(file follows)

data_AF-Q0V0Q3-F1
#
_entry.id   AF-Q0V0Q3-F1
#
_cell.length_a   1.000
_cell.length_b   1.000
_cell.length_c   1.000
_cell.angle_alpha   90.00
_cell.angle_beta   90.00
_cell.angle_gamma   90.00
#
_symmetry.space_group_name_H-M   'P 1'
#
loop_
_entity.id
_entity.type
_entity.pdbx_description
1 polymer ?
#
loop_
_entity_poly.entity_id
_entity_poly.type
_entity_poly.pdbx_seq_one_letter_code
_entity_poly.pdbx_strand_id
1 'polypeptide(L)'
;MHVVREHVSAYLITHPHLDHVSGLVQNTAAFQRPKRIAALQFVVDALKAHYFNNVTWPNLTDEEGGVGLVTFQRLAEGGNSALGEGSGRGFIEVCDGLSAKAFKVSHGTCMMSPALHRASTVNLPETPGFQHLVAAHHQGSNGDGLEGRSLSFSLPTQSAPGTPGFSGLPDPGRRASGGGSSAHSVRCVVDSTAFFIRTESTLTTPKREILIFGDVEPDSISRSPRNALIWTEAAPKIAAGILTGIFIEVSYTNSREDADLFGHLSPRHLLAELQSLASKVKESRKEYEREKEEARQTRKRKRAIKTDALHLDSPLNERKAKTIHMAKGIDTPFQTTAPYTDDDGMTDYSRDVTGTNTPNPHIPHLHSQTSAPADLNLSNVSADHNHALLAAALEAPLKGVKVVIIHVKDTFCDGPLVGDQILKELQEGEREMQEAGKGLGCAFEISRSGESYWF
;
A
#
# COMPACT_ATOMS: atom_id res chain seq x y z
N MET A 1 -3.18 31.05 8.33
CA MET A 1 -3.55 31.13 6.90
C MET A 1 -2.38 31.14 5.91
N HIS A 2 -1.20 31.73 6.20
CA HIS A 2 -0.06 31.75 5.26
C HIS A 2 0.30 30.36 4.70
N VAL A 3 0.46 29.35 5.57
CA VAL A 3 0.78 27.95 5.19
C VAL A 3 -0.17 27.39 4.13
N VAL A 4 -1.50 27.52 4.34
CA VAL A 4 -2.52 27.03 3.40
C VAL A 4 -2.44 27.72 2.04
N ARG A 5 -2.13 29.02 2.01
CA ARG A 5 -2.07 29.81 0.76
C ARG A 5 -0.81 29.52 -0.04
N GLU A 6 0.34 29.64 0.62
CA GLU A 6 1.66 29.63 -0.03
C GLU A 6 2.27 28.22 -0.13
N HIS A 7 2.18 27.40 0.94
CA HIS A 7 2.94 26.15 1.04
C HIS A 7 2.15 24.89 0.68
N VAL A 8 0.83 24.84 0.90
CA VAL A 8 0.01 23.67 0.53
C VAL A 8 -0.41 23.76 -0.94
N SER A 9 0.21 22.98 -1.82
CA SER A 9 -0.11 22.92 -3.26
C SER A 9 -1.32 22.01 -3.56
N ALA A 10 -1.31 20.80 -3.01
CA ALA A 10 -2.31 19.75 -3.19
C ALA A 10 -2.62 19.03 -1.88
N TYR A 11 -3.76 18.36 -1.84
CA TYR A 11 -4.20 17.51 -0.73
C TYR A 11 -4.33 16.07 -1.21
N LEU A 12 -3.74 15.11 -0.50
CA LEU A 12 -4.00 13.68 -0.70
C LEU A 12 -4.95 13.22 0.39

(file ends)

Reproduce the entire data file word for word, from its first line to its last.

data_AF-Q0V0Q3-F1
#
_entry.id   AF-Q0V0Q3-F1
#
_cell.length_a   1.000
_cell.length_b   1.000
_cell.length_c   1.000
_cell.angle_alpha   90.00
_cell.angle_beta   90.00
_cell.angle_gamma   90.00
#
_symmetry.space_group_name_H-M   'P 1'
#
loop_
_entity.id
_entity.type
_entity.pdbx_description
1 polymer ?
#
loop_
_entity_poly.entity_id
_entity_poly.type
_entity_poly.pdbx_seq_one_letter_code
_entity_poly.pdbx_strand_id
1 'polypeptide(L)'
;MHVVREHVSAYLITHPHLDHVSGLVQNTAAFQRPKRIAALQFVVDALKAHYFNNVTWPNLTDEEGGVGLVTFQRLAEGGNSALGEGSGRGFIEVCDGLSAKAFKVSHGTCMMSPALHRASTVNLPETPGFQHLVAAHHQGSNGDGLEGRSLSFSLPTQSAPGTPGFSGLPDPGRRASGGGSSAHSVRCVVDSTAFFIRTESTLTTPKREILIFGDVEPDSISRSPRNALIWTEAAPKIAAGILTGIFIEVSYTNSREDADLFGHLSPRHLLAELQSLASKVKESRKEYEREKEEARQTRKRKRAIKTDALHLDSPLNERKAKTIHMAKGIDTPFQTTAPYTDDDGMTDYSRDVTGTNTPNPHIPHLHSQTSAPADLNLSNVSADHNHALLAAALEAPLKGVKVVIIHVKDTFCDGPLVGDQILKELQEGEREMQEAGKGLGCAFEISRSGESYWF
;
A
#
# COMPACT_ATOMS: atom_id res chain seq x y z
N MET A 1 -3.18 31.05 8.33
CA MET A 1 -3.55 31.13 6.90
C MET A 1 -2.38 31.14 5.91
N HIS A 2 -1.20 31.73 6.20
CA HIS A 2 -0.06 31.75 5.26
C HIS A 2 0.30 30.36 4.70
N VAL A 3 0.46 29.35 5.57
CA VAL A 3 0.78 27.95 5.19
C VAL A 3 -0.17 27.39 4.13
N VAL A 4 -1.50 27.52 4.34
CA VAL A 4 -2.52 27.03 3.40
C VAL A 4 -2.44 27.72 2.04
N ARG A 5 -2.13 29.02 2.01
CA ARG A 5 -2.07 29.81 0.76
C ARG A 5 -0.81 29.52 -0.04
N GLU A 6 0.34 29.64 0.62
CA GLU A 6 1.66 29.63 -0.03
C GLU A 6 2.27 28.22 -0.13
N HIS A 7 2.18 27.40 0.94
CA HIS A 7 2.94 26.15 1.04
C HIS A 7 2.15 24.89 0.68
N VAL A 8 0.83 24.84 0.90
CA VAL A 8 0.01 23.67 0.53
C VAL A 8 -0.41 23.76 -0.94
N SER A 9 0.21 22.98 -1.82
CA SER A 9 -0.11 22.92 -3.26
C SER A 9 -1.32 22.01 -3.56
N ALA A 10 -1.31 20.80 -3.01
CA ALA A 10 -2.31 19.75 -3.19
C ALA A 10 -2.62 19.03 -1.88
N TYR A 11 -3.76 18.36 -1.84
CA TYR A 11 -4.20 17.51 -0.73
C TYR A 11 -4.33 16.07 -1.21
N LEU A 12 -3.74 15.11 -0.50
CA LEU A 12 -4.00 13.68 -0.70
C LEU A 12 -4.95 13.22 0.39